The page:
ALBUM AMICORUM of Salomon SCHWEIGGER VON SULZ (1551-1622). Manuscript on paper, South Germany, Constantinople, Egypt and the Holy Land, 1576-1608, written mostly in German, Latin, or Greek, and some in Turkish, Arabic, Armenian, Aramaic and Georgian and other languages, with depictions of arms on 91 pages, nine other miniatures (including a portrait of the Greek Orthodox Patriarch Metrophanes III of Constantinople), four engravings (including portraits of the owner, of Joachim von Sintzendorff and of Melchior Lorichs), interleaved with numerous examples of Turkish marbled and ornamented paper, altogether 185 leaves, 200 x 143mm, contemporary green morocco binding. Provenance: shelfmark (Ms.733) of Rudolf Ritter von Gutmann; shelfmark (Ser.nov. 2973) of Österreichische Nationalbibliothek.
THE ALBUM OF A PIONEERING ORIENTALIST
A valuable source for the history of the relationship between the Lutheran establishment in Austria and Germany and the Eastern Church in the late 16th Century.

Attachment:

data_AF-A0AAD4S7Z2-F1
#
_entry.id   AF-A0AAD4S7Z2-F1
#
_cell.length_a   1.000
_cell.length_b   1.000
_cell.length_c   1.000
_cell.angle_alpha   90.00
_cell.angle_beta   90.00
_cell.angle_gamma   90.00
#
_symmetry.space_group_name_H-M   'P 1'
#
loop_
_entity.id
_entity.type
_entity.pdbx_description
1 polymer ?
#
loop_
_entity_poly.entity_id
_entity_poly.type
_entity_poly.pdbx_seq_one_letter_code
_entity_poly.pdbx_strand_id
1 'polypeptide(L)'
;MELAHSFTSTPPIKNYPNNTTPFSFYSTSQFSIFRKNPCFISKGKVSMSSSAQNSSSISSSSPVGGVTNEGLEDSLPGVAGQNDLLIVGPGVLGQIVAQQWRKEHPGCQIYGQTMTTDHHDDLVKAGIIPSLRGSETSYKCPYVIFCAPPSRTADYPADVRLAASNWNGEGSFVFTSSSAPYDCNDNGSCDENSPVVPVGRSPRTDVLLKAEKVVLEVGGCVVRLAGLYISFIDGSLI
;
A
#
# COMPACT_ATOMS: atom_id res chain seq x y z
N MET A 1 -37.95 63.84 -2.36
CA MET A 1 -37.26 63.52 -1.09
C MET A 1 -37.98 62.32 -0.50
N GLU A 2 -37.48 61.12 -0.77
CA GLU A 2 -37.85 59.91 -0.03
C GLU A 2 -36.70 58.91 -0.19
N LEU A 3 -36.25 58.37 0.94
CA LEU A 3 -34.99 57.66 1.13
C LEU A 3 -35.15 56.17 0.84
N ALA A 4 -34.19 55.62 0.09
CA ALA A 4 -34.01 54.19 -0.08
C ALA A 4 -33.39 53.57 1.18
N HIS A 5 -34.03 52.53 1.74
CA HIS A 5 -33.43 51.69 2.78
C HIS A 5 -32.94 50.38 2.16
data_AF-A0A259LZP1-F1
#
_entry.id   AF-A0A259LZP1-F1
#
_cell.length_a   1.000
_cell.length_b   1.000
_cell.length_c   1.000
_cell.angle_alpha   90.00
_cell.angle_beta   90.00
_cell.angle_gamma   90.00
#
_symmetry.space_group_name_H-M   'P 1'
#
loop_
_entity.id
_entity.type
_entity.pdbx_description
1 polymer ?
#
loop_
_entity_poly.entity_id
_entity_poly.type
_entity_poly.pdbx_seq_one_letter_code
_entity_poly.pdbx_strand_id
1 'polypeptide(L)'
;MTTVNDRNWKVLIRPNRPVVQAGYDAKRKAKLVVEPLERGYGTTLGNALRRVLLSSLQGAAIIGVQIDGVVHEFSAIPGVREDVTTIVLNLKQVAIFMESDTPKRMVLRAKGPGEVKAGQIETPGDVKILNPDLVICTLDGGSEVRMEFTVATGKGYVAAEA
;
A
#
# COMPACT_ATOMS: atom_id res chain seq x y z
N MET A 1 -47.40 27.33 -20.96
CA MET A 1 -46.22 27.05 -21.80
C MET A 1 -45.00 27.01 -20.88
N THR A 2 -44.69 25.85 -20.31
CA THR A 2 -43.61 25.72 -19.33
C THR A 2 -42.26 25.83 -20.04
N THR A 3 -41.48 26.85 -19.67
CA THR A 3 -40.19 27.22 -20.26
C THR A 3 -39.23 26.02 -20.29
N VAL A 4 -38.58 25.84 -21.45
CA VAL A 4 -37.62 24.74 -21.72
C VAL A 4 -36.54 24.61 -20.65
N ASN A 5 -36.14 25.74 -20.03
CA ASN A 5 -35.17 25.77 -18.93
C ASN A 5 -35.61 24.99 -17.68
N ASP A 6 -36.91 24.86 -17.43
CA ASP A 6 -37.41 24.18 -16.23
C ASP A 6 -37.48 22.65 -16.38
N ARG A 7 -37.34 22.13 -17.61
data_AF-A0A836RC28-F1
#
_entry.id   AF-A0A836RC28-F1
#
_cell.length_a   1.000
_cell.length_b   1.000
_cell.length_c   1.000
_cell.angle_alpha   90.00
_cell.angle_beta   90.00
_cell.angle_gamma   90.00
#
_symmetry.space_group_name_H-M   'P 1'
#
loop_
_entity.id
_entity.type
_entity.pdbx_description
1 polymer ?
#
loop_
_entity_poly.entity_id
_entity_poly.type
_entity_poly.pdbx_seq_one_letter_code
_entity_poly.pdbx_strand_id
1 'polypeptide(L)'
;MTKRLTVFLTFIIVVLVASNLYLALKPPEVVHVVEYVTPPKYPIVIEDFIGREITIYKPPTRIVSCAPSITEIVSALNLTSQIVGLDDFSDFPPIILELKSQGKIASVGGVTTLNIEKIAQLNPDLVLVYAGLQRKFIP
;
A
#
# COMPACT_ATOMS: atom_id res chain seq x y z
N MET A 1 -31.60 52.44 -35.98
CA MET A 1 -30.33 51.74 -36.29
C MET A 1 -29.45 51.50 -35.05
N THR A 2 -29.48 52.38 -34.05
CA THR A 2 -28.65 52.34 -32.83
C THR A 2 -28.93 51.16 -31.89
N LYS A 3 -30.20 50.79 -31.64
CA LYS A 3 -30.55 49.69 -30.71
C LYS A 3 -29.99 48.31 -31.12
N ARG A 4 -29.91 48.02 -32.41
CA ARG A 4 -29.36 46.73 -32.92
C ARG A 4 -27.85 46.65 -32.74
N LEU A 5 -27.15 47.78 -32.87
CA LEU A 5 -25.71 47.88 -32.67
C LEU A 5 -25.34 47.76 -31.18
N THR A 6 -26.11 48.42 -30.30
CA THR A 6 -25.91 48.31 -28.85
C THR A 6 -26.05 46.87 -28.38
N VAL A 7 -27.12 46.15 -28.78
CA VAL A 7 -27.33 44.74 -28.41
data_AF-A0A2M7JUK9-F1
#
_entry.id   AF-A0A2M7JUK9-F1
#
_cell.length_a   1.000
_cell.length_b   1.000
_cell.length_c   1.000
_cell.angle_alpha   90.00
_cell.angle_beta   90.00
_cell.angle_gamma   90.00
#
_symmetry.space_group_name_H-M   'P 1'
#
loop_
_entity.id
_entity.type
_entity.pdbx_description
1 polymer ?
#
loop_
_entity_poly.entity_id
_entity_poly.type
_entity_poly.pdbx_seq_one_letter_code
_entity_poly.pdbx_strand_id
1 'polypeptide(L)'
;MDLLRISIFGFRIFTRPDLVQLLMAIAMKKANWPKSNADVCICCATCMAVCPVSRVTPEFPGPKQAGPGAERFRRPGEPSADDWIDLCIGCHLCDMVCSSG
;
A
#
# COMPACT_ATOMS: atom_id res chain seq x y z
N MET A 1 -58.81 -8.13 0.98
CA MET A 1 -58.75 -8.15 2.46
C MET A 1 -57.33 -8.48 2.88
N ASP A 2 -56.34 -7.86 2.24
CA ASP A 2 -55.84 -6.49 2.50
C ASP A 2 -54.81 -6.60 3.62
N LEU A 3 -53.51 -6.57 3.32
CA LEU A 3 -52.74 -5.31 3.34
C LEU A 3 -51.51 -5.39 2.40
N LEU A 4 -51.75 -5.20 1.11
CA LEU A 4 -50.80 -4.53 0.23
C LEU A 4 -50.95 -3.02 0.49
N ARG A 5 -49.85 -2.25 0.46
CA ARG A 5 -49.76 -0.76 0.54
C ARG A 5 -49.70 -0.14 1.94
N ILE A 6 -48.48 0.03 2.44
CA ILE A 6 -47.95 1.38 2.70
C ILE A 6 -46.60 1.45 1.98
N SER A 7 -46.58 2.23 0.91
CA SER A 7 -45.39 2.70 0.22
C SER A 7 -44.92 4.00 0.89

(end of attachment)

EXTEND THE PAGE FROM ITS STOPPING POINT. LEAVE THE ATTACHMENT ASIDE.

The album contains entries collected from 12 October 1576 to June 1608, most of them dated during the four years (1577-1581) of Schweigger's appointment as chaplain to Freiherr Joachim von Sintzendorff, the ambassador of the Emperor Rudolf II to Sultan Murad III in Constantinople, and his pilgrimage to the Holy Land. Many of the pages are annotated in Latin by Schweigger.
The contributors include aristocratic Protestant Austrians and Germans or fellow-churchmen whom Schweigger encountered in Constantinople and the Levant, and representatives of the Greek Orthodox Church and of the other divisions of the Eastern Church. Most of the entries are scriptural quotations or express religious sentiments.
Schweigger, who had studied theology at Tubingen, went to Constantinople at a time when the leaders of the Lutheran establishment in Wurttemberg were in dialogue with the Eastern Church, with a view to reconciling their doctrinal differences. Sintzendorff's predecessor, the Lutheran David Ungnad, and his scholarly chaplain, Stephen Gerlach, energetically supported them, but the correspondence with Wurttemberg was eventually terminated by the Patriarch Jeremias II shortly after his return to office in September 1580. Schweigger himself later accused the Orthodox Church of ignorance and idolatry while admitting that the Patriarch had entertained him most hospitably and fed him on caviar (Stephen Runciman. The Great Church in Captivity, 1965, pages 254-257).